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Christopher West (UK)

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The Clash of Civilizations and the Remaking of World Order
The Clash of Civilizations and the Remaking of World Order
by Samuel P. Huntington
Edition: Hardcover
Price: 15.74

5.0 out of 5 stars Scholarly, insightful and timely, 11 July 2014
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This is one of those books that everyone who thinks and cares about the future should read. You probably won't agree with everything in it, but Huntington's thesis is powerful and, I fear, has a lot of truth in it. I don't think this means that 'one world' liberals should give up, but it does show that the route to a future peaceful world will be a difficult one. (But what a grand challenge for bright, well-meaning people in the next generation!)

To me, the most interesting point is the continuing role of religions in defining supranational boundaries. Rather than getting fanatical at spreading our own faith, or going down the Dawkins route of rubbishing all religion, we need to get used to this basic fact.

It's a shame this wasn't on the bookshelves in the White House and Downing Street in 2003.

The In/Out Question
The In/Out Question
by Hugo Dixon
Edition: Paperback
Price: 5.00

1 of 1 people found the following review helpful
5.0 out of 5 stars Common sense on Europe, 27 May 2014
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This review is from: The In/Out Question (Paperback)
We need this book more than ever, as Britain hurtles lemming-like towards quitting Europe. Too many books on Europe either gush about the wonders of the 'European project' or rip the whole idea to shreds. This one takes a sensible middle course: there are lots of things wrong with the EU, but we should get stuck in and help other sensible Europeans fix them.

The author is clearly a believer in market solutions to political problems. I'm not sure things are always that easy, but we can agree to differ a little.

The book is brief and clear (too many books on Europe drown in Euro-jargon). For the price of a Sunday newspaper, you can get yourself really well informed about this important debate.

THINGS I AM ASHAMED OF: A Memoir (Kindle Single)
THINGS I AM ASHAMED OF: A Memoir (Kindle Single)
Price: 0.99

3 of 3 people found the following review helpful
4.0 out of 5 stars Enjoyable and honest, 27 May 2014
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I was attracted by the title and not disappointed. The author doesn’t wallow in shame, but is just honest about the sort of crap things most of us do when young then try and forget but actually keep remembering. His honesty made me feel better about my own youthful failings.

I’ve lopped off a star as I felt the book rambled a bit at the end. He largely stopped talking about his actions, and instead talked about his views – something I find a lot less interesting (I can get views anywhere and everywhere on the Internet for free, but actual personal experience is special).

But overall I really liked this truthful memoir. I liked its brevity, too: a nice ad for the ‘Single’ genre. Good stuff.

A Breed of Heroes
A Breed of Heroes
by Alan Judd
Edition: Paperback
Price: 5.76

5.0 out of 5 stars Realistic novel about a dark period in British history, 22 April 2013
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This review is from: A Breed of Heroes (Paperback)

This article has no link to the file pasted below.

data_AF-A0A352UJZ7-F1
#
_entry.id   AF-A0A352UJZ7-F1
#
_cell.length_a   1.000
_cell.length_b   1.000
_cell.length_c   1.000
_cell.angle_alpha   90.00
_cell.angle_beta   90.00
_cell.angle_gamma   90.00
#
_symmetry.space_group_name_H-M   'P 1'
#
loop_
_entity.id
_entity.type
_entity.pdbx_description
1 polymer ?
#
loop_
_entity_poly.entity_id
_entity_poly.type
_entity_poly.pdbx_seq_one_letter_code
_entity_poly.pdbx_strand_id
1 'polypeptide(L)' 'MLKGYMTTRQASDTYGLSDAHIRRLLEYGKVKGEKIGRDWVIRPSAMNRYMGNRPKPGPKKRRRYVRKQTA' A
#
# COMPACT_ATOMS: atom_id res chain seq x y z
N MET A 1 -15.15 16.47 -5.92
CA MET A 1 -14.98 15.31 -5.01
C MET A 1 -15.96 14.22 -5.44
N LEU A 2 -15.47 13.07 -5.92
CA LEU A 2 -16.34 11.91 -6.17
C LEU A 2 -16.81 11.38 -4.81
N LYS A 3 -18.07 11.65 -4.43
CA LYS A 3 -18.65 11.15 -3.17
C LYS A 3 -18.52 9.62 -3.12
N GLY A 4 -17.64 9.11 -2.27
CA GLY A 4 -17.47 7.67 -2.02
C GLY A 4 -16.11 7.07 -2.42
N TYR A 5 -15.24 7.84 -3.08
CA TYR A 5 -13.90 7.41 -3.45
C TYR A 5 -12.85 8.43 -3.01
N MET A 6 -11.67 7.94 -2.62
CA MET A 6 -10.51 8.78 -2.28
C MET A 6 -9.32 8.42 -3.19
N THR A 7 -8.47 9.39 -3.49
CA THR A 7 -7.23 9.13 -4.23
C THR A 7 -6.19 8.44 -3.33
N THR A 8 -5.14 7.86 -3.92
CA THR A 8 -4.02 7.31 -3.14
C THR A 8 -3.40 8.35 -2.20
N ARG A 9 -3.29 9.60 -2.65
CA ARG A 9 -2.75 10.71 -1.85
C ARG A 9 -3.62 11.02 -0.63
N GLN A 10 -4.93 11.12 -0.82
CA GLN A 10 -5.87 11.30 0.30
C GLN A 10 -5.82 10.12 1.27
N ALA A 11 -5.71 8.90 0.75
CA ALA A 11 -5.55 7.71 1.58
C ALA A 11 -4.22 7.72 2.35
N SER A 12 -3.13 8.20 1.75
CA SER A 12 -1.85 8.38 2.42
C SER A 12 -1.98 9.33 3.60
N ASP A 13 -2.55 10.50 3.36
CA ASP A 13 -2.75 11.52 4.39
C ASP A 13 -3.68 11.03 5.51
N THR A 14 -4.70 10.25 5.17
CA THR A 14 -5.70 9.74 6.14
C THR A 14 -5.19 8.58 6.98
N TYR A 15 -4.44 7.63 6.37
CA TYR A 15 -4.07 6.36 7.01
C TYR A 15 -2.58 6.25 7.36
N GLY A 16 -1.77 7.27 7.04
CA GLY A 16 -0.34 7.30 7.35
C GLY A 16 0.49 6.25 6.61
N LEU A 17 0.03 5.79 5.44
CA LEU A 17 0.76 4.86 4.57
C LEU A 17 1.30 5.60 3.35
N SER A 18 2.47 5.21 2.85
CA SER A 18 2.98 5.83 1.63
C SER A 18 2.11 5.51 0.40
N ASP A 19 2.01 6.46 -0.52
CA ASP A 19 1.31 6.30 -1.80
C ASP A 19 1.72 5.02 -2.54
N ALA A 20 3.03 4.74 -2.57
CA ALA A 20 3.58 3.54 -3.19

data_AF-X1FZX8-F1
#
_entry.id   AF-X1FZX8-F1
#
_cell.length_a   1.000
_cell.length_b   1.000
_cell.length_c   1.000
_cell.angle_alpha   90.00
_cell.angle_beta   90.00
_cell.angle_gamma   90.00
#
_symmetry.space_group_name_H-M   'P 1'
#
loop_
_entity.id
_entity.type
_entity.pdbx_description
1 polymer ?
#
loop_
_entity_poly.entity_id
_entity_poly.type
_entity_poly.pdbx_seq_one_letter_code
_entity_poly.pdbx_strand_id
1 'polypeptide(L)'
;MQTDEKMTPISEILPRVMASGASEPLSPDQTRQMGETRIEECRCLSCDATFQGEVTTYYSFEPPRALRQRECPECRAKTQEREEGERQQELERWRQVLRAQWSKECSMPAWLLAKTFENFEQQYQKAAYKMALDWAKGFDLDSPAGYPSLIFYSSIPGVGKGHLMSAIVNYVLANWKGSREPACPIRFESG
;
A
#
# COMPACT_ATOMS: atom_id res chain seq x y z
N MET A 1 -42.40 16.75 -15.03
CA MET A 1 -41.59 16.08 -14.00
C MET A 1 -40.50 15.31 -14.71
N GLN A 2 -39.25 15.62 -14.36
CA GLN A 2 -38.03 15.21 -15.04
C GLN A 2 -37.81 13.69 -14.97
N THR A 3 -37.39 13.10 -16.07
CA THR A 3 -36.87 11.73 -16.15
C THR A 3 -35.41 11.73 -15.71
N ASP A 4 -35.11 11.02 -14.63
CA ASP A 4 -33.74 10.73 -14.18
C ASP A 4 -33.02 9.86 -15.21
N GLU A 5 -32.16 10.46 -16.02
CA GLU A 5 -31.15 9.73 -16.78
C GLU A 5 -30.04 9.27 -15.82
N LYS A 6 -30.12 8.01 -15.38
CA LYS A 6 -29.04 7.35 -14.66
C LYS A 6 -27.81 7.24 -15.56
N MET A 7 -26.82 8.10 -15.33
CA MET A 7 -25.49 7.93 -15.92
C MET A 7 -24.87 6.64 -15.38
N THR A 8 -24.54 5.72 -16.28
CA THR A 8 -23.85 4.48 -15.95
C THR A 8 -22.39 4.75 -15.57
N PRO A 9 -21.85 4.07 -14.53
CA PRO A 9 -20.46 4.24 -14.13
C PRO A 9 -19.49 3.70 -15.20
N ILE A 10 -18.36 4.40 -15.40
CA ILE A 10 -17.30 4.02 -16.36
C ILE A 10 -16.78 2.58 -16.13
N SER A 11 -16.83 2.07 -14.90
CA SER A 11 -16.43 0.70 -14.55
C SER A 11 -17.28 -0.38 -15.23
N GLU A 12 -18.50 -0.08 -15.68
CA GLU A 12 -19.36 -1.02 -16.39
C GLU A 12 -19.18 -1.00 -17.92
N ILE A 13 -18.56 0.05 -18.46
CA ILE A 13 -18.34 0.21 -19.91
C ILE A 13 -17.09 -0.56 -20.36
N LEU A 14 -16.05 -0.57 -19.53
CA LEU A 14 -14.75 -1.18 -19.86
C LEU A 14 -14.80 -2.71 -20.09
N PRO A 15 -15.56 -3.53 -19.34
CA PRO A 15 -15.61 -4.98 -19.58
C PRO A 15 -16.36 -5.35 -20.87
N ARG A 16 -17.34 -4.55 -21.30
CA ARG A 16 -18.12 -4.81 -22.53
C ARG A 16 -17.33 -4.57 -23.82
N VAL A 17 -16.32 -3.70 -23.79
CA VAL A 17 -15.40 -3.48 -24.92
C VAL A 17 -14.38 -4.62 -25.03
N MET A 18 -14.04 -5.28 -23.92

This novel tells the story of a young British officer caught up in the Northern Ireland troubles. It gives a real feel for what life was like for such a person, veering unpredictably from the comic to the tragic, from the bored and inactive to the manically busy. The author is an acute and witty observer, and shows us a range of military characters 'warts and all'. There's a gentle undercurrent of plot - but mostly service is seen as a series of disconnected, random events, which is, I imagine, how it was. The author served in Ireland and the book feels sharp, truthful and authentic.

There were some points where the book made me laugh out loud. But let's hope these terrible times never come back.

A Nail Through the Heart: A Novel of Bangkok
A Nail Through the Heart: A Novel of Bangkok
by Timothy Hallinan
Edition: Paperback
Price: 8.17

2 of 2 people found the following review helpful
5.0 out of 5 stars Darkness and light, 3 Oct 2008
This is an excellent novel set in contemporary Bangkok. While technically a thriller, it is written with both the flair and depth that you would want from a `literary' novel. This is proper writing - it begins with a beautifully set scene: `across the river, a city of eight million shimmers like the ghost of a brushfire', and keeps up this standard, with vivid, imaginative metaphors and, of course, plenty of dark Chandleresque wise-cracking from the narrator-hero and his colleague in the Thai police. The novel's central characters are real and complex, not the 2-dimensional types who inhabit pulp thrillers.

Of course, what pulp thrillers have, and many literary novels lack, is pace and plotting. This book is not `literary' in this sense: the plot twists and turns and kept me guessing till the end. There's a particularly neat reversal in chapter 42...

Along with the literary writer's art and the thriller-plotter's craft, we get the benefit of the sensitivity to and insight into another culture of the travel writer. The author lives in Bangkok and his wife is Thai. He weaves the knowledge that this gives him gently but pervasively into the story - I didn't feel lectured, but by the end both had many mental images of Bangkok and, more valuable, the beginnings of an understanding of Buddhism and the way it influences the mindset of Thai people (and, beyond that, a reminder of how different the Eastern mindset is from that of the West).